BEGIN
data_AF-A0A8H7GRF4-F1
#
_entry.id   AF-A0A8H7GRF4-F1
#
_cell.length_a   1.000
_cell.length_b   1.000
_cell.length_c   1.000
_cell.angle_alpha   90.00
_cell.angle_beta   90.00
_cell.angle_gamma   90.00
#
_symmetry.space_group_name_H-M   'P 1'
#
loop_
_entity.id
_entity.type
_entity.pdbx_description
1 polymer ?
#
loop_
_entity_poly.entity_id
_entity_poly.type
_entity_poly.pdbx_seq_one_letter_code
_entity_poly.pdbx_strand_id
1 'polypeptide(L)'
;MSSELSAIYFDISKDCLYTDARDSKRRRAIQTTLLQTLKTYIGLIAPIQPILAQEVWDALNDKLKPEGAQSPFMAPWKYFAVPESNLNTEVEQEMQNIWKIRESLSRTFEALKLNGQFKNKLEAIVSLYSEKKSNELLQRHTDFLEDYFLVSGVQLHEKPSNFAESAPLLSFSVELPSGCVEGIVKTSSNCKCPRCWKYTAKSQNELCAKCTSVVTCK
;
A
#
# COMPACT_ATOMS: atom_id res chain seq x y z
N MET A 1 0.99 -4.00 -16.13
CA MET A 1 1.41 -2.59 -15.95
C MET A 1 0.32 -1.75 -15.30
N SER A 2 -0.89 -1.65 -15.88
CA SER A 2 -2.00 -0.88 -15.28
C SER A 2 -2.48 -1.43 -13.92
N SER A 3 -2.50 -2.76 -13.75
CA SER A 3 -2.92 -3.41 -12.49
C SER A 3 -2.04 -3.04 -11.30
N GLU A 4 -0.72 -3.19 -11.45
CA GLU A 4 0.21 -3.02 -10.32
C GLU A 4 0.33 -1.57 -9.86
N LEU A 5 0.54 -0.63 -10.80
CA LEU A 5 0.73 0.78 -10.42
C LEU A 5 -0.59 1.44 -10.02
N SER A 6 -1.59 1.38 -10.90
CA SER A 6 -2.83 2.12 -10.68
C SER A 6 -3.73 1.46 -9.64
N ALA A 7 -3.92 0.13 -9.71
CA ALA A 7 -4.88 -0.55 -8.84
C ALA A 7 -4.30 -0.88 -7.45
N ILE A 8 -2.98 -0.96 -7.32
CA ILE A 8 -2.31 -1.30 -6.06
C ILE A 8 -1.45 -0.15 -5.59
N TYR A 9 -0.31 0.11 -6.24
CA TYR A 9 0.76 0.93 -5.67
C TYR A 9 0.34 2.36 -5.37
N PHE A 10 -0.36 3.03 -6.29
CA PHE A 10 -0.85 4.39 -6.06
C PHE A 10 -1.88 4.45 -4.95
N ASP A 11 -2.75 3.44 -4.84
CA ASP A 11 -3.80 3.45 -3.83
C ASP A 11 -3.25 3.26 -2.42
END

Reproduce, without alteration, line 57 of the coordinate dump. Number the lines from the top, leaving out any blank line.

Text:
C TYR A 9 0.34 2.36 -5.37